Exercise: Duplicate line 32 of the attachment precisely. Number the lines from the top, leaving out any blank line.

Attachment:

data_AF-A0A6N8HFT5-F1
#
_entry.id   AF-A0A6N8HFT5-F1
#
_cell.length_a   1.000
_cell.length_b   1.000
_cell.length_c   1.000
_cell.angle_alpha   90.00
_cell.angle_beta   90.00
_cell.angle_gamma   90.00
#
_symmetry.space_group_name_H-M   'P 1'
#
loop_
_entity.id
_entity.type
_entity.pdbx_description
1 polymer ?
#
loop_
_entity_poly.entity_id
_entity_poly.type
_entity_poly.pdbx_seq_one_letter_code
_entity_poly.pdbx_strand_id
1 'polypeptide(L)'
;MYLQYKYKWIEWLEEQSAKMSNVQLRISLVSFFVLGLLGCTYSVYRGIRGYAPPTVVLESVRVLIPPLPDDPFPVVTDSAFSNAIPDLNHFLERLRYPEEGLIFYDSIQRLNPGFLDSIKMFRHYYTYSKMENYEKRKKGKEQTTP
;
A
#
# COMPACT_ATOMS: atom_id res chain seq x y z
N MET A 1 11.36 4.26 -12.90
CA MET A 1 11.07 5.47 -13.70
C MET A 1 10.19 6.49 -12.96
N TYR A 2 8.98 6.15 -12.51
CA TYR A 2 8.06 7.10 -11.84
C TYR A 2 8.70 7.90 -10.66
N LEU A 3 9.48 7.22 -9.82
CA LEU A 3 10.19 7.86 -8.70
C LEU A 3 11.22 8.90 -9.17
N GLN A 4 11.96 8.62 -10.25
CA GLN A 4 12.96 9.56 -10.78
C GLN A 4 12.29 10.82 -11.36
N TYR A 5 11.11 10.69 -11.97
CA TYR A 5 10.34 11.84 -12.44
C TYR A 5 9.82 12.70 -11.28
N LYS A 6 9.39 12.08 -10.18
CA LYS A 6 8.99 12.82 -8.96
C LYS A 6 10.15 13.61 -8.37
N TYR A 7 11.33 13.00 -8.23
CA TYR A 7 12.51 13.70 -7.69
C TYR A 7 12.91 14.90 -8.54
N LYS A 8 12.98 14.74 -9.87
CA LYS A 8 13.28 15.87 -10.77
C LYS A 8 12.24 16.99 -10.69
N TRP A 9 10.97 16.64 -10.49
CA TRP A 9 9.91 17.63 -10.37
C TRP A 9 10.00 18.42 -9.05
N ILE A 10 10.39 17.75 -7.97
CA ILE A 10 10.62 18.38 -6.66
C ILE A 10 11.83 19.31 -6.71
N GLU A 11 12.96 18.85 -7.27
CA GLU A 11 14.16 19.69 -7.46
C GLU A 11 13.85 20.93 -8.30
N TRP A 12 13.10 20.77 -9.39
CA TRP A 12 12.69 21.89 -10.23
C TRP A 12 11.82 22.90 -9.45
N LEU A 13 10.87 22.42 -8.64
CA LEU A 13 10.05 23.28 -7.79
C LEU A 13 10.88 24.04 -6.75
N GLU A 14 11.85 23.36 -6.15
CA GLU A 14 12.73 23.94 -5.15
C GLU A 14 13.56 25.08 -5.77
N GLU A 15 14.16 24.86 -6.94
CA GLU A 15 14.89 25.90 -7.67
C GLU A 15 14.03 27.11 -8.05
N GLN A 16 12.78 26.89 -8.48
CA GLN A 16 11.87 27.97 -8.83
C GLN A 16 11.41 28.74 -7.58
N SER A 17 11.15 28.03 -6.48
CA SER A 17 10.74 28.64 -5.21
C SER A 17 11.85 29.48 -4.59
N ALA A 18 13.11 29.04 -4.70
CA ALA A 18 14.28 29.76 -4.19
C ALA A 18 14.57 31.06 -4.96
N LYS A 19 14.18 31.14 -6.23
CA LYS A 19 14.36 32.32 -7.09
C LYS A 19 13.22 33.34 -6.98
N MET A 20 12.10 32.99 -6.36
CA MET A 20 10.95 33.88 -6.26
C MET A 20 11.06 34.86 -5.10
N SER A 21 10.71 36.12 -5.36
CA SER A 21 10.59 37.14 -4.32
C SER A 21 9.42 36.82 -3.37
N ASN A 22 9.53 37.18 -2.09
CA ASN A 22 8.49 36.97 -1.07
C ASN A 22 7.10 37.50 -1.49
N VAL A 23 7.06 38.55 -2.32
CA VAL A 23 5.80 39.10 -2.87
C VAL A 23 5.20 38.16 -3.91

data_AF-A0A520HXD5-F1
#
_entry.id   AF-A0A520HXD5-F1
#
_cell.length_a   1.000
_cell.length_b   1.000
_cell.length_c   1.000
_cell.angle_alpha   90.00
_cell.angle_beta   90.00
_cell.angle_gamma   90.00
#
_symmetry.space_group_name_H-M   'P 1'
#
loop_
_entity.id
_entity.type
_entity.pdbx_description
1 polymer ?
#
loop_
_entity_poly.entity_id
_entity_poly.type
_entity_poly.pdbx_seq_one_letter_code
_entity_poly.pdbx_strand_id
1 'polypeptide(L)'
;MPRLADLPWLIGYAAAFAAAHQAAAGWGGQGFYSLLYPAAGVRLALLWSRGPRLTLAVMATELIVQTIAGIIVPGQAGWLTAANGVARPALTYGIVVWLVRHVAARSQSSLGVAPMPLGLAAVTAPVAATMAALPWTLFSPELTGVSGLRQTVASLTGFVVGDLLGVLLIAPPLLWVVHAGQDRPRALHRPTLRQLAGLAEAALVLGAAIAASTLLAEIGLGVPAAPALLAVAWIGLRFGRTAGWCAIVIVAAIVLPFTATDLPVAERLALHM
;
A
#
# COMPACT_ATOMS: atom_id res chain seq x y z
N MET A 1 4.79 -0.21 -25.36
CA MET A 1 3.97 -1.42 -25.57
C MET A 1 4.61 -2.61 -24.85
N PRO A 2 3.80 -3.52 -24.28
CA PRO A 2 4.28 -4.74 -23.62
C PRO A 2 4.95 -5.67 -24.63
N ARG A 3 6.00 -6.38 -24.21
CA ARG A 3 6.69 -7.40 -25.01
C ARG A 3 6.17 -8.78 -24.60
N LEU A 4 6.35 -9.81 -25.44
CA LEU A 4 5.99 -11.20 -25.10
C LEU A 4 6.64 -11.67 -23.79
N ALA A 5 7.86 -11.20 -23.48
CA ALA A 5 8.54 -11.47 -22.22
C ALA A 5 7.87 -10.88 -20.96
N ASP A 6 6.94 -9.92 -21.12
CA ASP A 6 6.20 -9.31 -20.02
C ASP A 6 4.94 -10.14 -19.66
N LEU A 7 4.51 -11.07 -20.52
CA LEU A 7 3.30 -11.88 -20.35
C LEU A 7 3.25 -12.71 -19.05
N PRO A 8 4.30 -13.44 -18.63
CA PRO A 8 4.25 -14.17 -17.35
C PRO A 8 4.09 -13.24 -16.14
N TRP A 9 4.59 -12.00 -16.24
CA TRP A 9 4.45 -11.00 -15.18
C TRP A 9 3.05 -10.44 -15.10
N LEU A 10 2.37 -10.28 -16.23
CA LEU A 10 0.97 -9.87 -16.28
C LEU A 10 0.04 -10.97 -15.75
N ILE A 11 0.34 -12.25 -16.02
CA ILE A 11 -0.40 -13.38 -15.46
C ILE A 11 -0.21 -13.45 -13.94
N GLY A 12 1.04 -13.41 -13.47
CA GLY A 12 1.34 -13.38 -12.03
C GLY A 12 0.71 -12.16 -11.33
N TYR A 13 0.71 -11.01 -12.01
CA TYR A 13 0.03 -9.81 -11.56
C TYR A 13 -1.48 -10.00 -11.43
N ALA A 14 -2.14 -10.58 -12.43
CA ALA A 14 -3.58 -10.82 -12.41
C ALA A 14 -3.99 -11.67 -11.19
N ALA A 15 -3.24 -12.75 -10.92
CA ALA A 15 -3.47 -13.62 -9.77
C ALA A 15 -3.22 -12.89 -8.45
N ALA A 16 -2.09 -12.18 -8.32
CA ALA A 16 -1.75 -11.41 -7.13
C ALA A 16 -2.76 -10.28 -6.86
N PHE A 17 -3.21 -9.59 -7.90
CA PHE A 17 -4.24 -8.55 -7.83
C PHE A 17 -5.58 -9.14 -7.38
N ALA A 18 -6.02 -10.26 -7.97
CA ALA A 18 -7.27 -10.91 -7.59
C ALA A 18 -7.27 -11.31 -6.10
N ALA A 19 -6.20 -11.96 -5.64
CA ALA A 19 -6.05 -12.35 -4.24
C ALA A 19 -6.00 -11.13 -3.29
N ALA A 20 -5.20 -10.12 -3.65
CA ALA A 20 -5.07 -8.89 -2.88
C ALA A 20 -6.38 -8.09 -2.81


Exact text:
CA MET A 1 11.07 5.47 -13.70